Table 1: Experimental plan
|X1 = Picks per inch
|X2 = Ground pile ratio
The dependent variables studied were abrasion resistance, fabric thickness, pile withdrawal force, water absorption in terms of sinking time, wicking height, water retention and surface water absorption.
Results & discussions
Terry towels developed in the present study were classified into two groups, namely normal towels and twistless towels. In the case of normal towel, 10s Ne normal cotton ring spun yarn was used as pile warp and in the twistless towels, 10s Ne twistless cotton yarn wrapped with PVA filament was used as pile warp.
Effect on abrasion
The results given in Table 2 show that for the fabrics made out of twistless yarn, the weight loss is much higher than that of fabrics made out of ring spun yarn. Even though the pile yarns are held in between the weft yarns, if the twist level in the yarn is lower as in the present case, during abrasion yarns can lose fibres easily. Even though, the twistless fabrics was found to lose about 1.3% weight, the piles were almost intact and the fabric was found to be usable.
From the Figure 2, it can be clearly seen that as the PPI of the fabric increases, the weight loss decreases. With the increase in PPI, the number of pile per unit area increases, and due to this the amount of abrasion for each pile decreases, thus resulting in lower weight loss. This probably could be due to the fact that the twists less yarn once starts abrasion was not able to move away the abrader and present a new pile yarn.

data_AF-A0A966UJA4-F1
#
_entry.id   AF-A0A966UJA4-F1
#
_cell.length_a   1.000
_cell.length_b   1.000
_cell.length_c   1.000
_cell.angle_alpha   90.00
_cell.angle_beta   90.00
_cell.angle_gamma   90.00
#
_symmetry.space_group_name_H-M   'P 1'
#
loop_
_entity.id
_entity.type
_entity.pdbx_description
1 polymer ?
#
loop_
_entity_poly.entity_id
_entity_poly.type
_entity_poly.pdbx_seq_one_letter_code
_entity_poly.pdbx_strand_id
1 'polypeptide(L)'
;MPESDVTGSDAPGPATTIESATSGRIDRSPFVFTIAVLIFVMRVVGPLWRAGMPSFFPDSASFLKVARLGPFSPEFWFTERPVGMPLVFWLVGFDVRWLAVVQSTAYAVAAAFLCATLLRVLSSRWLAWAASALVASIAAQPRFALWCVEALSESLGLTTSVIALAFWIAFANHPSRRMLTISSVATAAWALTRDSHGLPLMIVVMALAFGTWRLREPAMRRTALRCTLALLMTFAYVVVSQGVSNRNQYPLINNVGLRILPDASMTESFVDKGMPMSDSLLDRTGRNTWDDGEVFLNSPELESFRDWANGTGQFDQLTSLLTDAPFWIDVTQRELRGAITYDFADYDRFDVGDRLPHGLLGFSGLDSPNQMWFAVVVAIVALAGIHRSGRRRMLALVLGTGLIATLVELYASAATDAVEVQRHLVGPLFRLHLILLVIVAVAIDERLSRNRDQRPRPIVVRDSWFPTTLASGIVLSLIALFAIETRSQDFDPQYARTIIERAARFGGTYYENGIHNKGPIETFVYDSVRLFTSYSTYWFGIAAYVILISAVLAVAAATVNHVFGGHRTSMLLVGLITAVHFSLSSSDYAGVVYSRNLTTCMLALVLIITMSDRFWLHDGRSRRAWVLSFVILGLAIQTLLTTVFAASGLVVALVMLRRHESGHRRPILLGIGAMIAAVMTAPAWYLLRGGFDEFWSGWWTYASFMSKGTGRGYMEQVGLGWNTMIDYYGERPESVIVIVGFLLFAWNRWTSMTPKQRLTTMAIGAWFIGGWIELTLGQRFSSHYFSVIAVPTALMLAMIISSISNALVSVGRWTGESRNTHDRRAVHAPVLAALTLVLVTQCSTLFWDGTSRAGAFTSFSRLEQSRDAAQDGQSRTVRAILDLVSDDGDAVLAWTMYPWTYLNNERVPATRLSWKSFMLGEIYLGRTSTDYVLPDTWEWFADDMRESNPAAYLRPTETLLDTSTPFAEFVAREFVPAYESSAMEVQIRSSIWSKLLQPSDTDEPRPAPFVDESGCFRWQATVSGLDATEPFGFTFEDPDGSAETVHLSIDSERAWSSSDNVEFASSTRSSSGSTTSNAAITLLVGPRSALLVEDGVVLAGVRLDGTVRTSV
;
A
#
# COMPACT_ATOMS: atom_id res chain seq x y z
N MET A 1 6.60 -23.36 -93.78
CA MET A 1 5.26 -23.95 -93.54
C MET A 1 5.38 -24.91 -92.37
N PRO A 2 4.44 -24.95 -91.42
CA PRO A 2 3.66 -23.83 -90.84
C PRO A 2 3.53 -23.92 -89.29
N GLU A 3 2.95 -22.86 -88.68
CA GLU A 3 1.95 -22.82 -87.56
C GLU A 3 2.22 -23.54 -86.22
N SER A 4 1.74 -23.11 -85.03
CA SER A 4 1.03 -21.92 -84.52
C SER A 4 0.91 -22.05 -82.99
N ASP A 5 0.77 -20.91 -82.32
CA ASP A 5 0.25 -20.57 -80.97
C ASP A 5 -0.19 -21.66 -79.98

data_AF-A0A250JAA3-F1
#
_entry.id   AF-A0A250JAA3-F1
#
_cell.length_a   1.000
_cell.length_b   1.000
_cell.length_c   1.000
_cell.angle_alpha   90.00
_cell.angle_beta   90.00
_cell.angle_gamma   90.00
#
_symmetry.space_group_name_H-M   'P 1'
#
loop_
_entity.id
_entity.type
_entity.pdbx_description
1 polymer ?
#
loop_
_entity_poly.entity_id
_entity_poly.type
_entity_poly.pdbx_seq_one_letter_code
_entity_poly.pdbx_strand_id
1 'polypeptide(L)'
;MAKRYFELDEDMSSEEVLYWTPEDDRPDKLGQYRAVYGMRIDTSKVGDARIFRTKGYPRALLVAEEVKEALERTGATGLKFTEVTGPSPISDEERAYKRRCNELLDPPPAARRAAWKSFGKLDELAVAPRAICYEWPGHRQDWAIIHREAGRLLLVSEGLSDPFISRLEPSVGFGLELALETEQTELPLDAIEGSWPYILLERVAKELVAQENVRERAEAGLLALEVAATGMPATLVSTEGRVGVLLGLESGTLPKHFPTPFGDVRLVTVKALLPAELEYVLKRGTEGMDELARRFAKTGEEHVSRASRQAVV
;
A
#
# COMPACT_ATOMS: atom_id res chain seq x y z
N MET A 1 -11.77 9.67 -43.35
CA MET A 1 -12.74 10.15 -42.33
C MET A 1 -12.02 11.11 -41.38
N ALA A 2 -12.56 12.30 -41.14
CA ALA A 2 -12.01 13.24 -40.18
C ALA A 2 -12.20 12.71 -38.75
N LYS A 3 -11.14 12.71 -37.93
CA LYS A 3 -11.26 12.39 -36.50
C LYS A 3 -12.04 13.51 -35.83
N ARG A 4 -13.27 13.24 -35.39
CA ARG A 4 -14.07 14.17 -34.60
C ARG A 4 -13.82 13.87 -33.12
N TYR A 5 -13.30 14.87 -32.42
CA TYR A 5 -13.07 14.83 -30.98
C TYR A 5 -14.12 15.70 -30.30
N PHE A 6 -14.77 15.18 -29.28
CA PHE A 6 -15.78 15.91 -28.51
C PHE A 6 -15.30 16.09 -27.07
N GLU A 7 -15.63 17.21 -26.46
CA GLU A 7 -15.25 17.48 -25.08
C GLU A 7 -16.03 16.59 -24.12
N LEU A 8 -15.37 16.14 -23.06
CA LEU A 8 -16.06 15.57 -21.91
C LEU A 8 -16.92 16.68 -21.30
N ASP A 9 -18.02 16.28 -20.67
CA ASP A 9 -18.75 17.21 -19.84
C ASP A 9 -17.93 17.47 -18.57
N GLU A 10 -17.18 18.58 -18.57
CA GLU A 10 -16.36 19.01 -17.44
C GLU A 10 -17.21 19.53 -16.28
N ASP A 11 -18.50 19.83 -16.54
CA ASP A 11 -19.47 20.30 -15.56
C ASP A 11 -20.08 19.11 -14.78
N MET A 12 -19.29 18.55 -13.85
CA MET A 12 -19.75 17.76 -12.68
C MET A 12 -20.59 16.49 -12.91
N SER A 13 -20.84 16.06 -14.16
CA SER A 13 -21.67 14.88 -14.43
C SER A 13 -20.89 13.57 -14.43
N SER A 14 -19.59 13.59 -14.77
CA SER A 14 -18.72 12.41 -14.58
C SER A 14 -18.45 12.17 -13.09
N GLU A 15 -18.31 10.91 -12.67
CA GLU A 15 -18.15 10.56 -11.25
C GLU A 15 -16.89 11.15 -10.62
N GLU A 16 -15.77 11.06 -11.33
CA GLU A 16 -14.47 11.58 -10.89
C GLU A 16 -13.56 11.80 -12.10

Table 2: Abrasion (Weight loss %)
||Weight loss (%)
|Towel with |
normal yarn pile
|Towel with '0'
twist yarn pile
Effect on fabric thickness
Results, given in the Table 3, how that the fabric thickness at 2 kpa load as well as at 5 kpa load is higher for the twistless towels than that of the normal towels. The reason for higher thickness of twistless towels may be attributed to the fact that the twistless pile warp yarn, due to lower packing density, has occupied more volume than that of normal pile yarn.
Contour graphs given in Figure 3 show that the pile ratio has greater influence on fabric thickness in case of both kinds of towels. The reason for increase of fabric thickness is that a longer pile length is offered to the towels at higher pile ratio. Mansaur et al (1997) also observed that the thickness of terry towel increases with the increase of pile ratio.
Effect on pile withdrawal force